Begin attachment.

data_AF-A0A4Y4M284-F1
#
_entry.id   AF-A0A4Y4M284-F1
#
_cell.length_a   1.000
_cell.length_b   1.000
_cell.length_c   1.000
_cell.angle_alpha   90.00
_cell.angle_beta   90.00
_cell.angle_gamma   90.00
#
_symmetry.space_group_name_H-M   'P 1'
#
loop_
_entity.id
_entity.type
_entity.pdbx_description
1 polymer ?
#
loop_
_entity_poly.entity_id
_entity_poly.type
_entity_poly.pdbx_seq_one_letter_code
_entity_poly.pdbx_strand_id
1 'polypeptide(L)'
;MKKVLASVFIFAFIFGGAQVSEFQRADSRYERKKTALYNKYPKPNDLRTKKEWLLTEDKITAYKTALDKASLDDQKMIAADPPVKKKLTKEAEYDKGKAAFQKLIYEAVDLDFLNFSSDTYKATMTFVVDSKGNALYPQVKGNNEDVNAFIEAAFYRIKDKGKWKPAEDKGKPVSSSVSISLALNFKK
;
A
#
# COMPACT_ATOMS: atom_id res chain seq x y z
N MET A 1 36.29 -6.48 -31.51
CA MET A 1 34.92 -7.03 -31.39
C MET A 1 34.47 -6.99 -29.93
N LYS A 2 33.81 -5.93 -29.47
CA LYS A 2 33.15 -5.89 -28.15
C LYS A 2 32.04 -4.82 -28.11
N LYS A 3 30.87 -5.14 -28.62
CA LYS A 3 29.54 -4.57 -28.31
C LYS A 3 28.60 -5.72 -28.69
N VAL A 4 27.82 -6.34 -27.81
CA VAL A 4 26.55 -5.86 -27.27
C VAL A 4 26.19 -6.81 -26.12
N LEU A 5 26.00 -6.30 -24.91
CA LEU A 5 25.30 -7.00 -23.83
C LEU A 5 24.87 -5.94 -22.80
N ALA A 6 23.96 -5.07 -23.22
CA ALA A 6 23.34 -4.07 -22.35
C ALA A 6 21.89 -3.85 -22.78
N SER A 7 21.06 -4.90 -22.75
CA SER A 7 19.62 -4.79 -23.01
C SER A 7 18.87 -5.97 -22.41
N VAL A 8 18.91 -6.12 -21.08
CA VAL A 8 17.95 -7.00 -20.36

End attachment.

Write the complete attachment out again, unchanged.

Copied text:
data_AF-A0A4Y4M284-F1
#
_entry.id   AF-A0A4Y4M284-F1
#
_cell.length_a   1.000
_cell.length_b   1.000
_cell.length_c   1.000
_cell.angle_alpha   90.00
_cell.angle_beta   90.00
_cell.angle_gamma   90.00
#
_symmetry.space_group_name_H-M   'P 1'
#
loop_
_entity.id
_entity.type
_entity.pdbx_description
1 polymer ?
#
loop_
_entity_poly.entity_id
_entity_poly.type
_entity_poly.pdbx_seq_one_letter_code
_entity_poly.pdbx_strand_id
1 'polypeptide(L)'
;MKKVLASVFIFAFIFGGAQVSEFQRADSRYERKKTALYNKYPKPNDLRTKKEWLLTEDKITAYKTALDKASLDDQKMIAADPPVKKKLTKEAEYDKGKAAFQKLIYEAVDLDFLNFSSDTYKATMTFVVDSKGNALYPQVKGNNEDVNAFIEAAFYRIKDKGKWKPAEDKGKPVSSSVSISLALNFKK
;
A
#
# COMPACT_ATOMS: atom_id res chain seq x y z
N MET A 1 36.29 -6.48 -31.51
CA MET A 1 34.92 -7.03 -31.39
C MET A 1 34.47 -6.99 -29.93
N LYS A 2 33.81 -5.93 -29.47
CA LYS A 2 33.15 -5.89 -28.15
C LYS A 2 32.04 -4.82 -28.11
N LYS A 3 30.87 -5.14 -28.62
CA LYS A 3 29.54 -4.57 -28.31
C LYS A 3 28.60 -5.72 -28.69
N VAL A 4 27.82 -6.34 -27.81
CA VAL A 4 26.55 -5.86 -27.27
C VAL A 4 26.19 -6.81 -26.12
N LEU A 5 26.00 -6.30 -24.91
CA LEU A 5 25.30 -7.00 -23.83
C LEU A 5 24.87 -5.94 -22.80
N ALA A 6 23.96 -5.07 -23.22
CA ALA A 6 23.34 -4.07 -22.35
C ALA A 6 21.89 -3.85 -22.78
N SER A 7 21.06 -4.90 -22.75
CA SER A 7 19.62 -4.79 -23.01
C SER A 7 18.87 -5.97 -22.41
N VAL A 8 18.91 -6.12 -21.08
CA VAL A 8 17.95 -7.00 -20.36